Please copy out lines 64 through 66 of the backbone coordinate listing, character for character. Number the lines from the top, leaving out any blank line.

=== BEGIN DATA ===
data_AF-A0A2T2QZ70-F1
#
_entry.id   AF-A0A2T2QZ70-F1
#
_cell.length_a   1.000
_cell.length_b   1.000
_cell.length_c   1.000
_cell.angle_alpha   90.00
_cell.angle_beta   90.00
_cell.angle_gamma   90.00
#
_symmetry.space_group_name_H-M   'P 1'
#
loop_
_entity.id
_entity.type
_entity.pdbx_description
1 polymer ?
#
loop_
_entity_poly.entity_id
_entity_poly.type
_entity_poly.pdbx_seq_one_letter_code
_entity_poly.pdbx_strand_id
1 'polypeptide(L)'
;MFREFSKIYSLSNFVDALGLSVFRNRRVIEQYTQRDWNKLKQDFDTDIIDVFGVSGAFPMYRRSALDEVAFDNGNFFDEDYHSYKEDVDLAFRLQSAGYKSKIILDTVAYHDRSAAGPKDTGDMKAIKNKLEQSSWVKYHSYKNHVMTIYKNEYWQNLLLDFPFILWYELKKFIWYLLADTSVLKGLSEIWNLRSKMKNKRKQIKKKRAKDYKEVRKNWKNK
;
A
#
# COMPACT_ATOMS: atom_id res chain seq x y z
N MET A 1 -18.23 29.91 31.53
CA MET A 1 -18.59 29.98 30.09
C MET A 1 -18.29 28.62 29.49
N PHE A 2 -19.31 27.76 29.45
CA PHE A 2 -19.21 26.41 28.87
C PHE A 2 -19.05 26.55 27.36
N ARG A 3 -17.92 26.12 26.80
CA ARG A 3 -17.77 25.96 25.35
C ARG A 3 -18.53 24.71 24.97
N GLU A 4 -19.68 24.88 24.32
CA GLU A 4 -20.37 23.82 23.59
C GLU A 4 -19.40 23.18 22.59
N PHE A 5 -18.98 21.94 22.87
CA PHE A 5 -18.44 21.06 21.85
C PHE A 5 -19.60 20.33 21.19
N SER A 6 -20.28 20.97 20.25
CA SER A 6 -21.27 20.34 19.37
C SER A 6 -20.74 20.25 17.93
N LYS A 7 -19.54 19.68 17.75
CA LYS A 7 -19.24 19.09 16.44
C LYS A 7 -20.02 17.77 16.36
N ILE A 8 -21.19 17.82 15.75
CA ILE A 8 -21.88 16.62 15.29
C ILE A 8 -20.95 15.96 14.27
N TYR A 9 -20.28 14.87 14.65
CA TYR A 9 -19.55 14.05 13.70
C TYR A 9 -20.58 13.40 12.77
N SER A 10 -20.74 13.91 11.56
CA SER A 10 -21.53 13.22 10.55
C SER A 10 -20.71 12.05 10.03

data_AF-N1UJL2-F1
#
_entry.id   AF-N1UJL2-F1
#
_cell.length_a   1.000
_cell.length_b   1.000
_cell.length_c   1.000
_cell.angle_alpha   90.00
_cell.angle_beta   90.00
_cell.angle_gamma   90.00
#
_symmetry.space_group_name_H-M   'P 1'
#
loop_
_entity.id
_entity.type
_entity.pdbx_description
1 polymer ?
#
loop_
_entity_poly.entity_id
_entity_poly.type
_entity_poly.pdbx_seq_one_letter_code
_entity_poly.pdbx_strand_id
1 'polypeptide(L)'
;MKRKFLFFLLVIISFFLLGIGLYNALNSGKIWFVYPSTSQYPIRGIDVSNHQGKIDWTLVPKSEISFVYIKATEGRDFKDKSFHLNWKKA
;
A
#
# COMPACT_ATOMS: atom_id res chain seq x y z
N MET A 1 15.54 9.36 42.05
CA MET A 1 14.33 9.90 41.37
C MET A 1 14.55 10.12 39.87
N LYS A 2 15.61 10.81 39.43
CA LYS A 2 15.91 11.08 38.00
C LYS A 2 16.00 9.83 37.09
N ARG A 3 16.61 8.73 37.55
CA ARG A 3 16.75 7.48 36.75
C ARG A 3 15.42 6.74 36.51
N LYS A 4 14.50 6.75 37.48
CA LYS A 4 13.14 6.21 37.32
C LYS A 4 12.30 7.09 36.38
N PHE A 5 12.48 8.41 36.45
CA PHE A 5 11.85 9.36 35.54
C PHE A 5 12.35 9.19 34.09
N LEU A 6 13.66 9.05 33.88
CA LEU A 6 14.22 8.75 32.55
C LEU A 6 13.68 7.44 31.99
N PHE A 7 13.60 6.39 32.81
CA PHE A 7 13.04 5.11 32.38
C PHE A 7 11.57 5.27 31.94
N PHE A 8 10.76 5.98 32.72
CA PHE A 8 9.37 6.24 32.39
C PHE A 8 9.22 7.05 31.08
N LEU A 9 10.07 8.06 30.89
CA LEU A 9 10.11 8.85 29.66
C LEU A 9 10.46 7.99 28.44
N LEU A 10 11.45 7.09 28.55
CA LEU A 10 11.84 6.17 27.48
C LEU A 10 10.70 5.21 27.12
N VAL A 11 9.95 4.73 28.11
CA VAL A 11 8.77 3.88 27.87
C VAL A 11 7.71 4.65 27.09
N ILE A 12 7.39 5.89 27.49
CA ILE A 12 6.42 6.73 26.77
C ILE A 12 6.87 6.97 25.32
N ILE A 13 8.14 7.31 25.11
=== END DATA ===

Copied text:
#
_cell.length_a   1.000
_cell.length_b   1.000